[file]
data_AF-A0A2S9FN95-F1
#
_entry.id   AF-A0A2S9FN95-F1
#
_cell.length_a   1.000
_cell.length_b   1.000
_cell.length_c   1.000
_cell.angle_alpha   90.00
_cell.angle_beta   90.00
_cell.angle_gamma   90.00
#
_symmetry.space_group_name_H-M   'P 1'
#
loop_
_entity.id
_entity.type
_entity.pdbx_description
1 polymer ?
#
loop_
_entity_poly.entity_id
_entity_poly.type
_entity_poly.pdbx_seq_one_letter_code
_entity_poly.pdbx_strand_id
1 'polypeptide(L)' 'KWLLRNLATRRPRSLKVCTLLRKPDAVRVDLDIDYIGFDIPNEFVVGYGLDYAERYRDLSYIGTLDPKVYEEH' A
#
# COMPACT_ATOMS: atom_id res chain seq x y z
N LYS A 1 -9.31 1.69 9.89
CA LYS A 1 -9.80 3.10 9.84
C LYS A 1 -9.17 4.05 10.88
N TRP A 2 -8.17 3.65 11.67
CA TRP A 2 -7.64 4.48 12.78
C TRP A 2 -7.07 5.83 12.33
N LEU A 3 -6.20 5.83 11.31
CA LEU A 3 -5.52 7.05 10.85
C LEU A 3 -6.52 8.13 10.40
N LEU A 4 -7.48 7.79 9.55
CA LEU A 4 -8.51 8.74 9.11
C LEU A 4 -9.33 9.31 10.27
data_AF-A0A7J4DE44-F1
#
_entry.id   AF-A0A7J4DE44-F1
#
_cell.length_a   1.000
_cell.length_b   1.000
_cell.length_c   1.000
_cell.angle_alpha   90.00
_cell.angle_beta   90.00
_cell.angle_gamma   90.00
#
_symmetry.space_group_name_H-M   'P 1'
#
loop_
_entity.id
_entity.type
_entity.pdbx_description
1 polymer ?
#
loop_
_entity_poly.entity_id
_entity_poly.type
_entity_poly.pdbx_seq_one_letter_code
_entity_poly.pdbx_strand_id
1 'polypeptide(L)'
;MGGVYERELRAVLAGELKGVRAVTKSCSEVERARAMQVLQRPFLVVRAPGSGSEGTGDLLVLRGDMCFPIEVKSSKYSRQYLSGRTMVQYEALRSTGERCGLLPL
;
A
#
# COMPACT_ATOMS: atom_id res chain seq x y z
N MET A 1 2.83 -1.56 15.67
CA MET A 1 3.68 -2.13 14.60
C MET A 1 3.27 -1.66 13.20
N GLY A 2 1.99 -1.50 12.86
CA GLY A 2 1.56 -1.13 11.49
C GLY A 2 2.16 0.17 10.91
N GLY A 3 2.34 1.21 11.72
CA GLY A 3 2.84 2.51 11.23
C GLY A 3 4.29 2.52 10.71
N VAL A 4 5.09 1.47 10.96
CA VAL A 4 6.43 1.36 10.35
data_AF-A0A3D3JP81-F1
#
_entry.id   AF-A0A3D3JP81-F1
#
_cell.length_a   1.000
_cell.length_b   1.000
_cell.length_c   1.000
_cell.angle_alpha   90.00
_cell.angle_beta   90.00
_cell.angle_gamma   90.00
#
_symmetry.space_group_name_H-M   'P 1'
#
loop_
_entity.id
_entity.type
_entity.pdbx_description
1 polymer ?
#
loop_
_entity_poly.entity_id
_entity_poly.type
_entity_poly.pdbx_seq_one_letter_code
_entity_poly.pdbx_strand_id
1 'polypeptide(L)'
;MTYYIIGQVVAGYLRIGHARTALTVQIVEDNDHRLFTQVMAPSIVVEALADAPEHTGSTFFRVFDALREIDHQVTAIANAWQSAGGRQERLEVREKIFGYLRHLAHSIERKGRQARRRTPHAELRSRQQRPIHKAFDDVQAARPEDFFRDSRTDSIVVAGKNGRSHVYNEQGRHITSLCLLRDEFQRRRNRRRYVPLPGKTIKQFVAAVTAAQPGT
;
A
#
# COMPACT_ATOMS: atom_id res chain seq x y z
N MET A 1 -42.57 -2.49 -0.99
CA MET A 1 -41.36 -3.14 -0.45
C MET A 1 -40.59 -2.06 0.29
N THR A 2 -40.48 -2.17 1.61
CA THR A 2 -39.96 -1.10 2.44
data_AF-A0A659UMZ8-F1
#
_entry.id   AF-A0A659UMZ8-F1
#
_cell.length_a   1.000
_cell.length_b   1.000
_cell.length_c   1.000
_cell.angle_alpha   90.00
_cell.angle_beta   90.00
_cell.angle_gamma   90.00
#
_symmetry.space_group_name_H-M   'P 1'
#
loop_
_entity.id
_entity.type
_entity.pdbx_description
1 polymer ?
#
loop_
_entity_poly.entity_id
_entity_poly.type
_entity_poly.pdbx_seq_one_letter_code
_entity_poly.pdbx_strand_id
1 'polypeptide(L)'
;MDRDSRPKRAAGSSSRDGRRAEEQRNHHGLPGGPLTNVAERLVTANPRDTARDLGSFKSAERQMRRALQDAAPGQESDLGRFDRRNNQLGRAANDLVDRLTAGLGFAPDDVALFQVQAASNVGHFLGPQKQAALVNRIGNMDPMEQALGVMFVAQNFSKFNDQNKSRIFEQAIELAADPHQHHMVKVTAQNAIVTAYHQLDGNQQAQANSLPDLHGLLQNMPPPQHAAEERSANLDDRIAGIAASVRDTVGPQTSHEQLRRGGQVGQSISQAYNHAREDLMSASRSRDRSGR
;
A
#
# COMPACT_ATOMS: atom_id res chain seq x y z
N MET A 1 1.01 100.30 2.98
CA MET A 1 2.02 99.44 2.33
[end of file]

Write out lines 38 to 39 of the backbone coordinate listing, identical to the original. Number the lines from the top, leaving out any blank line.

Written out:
CA LEU A 4 -8.51 8.74 9.11
C LEU A 4 -9.33 9.31 10.27